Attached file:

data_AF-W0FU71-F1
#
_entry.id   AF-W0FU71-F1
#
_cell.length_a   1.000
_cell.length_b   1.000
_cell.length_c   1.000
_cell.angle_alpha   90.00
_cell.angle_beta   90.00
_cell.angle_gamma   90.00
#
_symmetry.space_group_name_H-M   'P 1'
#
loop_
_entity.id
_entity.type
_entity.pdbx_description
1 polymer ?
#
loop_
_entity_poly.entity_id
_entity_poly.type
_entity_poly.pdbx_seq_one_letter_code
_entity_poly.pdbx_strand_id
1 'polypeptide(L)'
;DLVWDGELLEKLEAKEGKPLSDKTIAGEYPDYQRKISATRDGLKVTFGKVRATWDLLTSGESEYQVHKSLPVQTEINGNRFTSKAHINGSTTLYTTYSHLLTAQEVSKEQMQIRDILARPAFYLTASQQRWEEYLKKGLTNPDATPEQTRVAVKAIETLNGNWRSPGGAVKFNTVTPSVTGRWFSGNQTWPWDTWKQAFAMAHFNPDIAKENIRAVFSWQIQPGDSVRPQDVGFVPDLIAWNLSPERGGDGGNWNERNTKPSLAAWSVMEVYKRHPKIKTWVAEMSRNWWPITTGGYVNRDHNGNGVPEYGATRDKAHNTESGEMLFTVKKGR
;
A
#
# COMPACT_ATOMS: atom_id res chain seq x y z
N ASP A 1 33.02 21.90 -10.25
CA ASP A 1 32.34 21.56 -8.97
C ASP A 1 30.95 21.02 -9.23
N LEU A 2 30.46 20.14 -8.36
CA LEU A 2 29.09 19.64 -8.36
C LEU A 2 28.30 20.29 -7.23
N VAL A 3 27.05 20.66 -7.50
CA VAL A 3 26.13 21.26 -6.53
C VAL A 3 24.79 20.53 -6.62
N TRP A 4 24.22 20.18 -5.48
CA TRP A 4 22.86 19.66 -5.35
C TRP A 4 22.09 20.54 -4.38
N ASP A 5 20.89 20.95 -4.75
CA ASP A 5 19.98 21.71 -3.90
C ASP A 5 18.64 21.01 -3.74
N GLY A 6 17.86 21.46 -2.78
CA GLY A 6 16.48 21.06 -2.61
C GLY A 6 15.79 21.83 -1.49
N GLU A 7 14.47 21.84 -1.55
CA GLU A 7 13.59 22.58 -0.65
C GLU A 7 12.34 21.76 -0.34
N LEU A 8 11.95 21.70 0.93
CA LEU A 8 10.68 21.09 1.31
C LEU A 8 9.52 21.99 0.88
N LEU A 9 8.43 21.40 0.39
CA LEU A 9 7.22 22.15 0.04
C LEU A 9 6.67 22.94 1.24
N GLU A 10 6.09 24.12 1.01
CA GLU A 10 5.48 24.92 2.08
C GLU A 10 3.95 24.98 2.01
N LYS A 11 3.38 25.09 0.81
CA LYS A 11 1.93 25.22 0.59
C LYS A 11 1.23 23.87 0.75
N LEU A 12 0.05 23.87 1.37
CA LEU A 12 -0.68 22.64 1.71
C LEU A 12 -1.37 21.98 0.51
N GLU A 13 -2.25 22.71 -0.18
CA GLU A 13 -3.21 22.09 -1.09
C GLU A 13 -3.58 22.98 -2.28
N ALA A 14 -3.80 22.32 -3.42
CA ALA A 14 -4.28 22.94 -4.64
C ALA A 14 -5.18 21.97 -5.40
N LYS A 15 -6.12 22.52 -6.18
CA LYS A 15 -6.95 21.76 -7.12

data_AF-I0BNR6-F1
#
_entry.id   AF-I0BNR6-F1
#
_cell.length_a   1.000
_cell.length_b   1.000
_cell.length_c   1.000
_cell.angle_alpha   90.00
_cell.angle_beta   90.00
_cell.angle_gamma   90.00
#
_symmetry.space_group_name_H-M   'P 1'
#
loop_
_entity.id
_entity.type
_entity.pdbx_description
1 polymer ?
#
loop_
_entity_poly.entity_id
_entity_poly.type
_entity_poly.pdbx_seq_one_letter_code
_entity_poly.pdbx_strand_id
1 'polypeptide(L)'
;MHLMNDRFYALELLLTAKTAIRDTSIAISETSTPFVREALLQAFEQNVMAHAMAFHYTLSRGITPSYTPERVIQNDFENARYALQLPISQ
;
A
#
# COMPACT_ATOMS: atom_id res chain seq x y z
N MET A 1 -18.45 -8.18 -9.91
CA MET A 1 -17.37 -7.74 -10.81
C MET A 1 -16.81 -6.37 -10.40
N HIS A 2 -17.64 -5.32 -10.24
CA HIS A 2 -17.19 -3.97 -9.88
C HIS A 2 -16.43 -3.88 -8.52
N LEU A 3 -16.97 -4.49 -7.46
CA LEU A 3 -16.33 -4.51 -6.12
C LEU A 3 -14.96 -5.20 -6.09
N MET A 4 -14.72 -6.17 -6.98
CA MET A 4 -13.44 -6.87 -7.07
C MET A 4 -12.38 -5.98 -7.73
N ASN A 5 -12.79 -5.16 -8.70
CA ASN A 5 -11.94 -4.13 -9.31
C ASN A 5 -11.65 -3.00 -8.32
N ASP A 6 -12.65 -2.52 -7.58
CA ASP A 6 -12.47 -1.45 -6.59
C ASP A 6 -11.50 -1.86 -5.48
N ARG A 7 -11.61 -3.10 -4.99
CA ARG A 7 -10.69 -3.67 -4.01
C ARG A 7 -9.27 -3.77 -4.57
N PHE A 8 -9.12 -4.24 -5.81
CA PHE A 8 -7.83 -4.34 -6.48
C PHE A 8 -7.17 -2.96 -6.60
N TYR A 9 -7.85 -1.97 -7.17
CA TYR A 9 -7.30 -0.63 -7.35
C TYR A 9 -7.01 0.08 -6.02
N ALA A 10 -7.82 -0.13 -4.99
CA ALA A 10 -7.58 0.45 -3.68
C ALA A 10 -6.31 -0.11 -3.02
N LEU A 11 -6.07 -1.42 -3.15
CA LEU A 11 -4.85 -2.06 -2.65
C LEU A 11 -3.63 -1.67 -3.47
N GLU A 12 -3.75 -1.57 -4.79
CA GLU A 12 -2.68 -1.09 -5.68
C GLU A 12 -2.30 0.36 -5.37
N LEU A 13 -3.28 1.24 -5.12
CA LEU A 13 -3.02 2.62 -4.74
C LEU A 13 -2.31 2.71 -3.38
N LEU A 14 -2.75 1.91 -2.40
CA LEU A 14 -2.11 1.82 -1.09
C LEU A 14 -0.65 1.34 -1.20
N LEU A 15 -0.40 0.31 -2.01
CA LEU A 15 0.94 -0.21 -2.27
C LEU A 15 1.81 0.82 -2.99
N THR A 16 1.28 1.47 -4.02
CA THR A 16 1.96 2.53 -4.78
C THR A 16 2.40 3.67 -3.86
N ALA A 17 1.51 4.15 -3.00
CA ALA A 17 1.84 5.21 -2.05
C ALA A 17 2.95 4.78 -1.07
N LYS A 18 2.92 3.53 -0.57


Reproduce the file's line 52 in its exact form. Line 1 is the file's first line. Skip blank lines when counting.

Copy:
N LEU A 8 11.95 21.70 0.93